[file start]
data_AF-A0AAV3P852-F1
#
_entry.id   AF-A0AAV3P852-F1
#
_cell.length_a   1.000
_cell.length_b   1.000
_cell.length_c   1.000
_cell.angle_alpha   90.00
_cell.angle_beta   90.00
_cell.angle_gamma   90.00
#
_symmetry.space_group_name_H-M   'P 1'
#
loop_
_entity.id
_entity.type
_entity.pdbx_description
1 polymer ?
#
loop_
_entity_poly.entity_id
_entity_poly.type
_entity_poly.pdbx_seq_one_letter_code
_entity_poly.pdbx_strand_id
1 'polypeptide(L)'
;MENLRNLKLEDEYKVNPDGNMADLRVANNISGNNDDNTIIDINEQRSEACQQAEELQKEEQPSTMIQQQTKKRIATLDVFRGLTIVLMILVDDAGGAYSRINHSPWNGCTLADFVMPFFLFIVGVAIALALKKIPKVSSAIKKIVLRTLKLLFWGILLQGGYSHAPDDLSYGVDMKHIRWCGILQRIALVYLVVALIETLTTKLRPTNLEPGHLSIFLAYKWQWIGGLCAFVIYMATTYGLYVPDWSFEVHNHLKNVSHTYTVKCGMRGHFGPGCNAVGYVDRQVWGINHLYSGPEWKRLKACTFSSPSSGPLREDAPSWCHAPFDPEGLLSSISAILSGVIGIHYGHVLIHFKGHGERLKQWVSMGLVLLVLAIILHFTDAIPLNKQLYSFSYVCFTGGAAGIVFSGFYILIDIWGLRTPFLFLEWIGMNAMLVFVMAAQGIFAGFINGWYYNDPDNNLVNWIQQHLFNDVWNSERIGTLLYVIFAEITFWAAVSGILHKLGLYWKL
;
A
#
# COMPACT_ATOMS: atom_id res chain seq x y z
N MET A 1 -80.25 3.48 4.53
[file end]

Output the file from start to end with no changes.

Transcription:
data_AF-A0AAV3P852-F1
#
_entry.id   AF-A0AAV3P852-F1
#
_cell.length_a   1.000
_cell.length_b   1.000
_cell.length_c   1.000
_cell.angle_alpha   90.00
_cell.angle_beta   90.00
_cell.angle_gamma   90.00
#
_symmetry.space_group_name_H-M   'P 1'
#
loop_
_entity.id
_entity.type
_entity.pdbx_description
1 polymer ?
#
loop_
_entity_poly.entity_id
_entity_poly.type
_entity_poly.pdbx_seq_one_letter_code
_entity_poly.pdbx_strand_id
1 'polypeptide(L)'
;MENLRNLKLEDEYKVNPDGNMADLRVANNISGNNDDNTIIDINEQRSEACQQAEELQKEEQPSTMIQQQTKKRIATLDVFRGLTIVLMILVDDAGGAYSRINHSPWNGCTLADFVMPFFLFIVGVAIALALKKIPKVSSAIKKIVLRTLKLLFWGILLQGGYSHAPDDLSYGVDMKHIRWCGILQRIALVYLVVALIETLTTKLRPTNLEPGHLSIFLAYKWQWIGGLCAFVIYMATTYGLYVPDWSFEVHNHLKNVSHTYTVKCGMRGHFGPGCNAVGYVDRQVWGINHLYSGPEWKRLKACTFSSPSSGPLREDAPSWCHAPFDPEGLLSSISAILSGVIGIHYGHVLIHFKGHGERLKQWVSMGLVLLVLAIILHFTDAIPLNKQLYSFSYVCFTGGAAGIVFSGFYILIDIWGLRTPFLFLEWIGMNAMLVFVMAAQGIFAGFINGWYYNDPDNNLVNWIQQHLFNDVWNSERIGTLLYVIFAEITFWAAVSGILHKLGLYWKL
;
A
#
# COMPACT_ATOMS: atom_id res chain seq x y z
N MET A 1 -80.25 3.48 4.53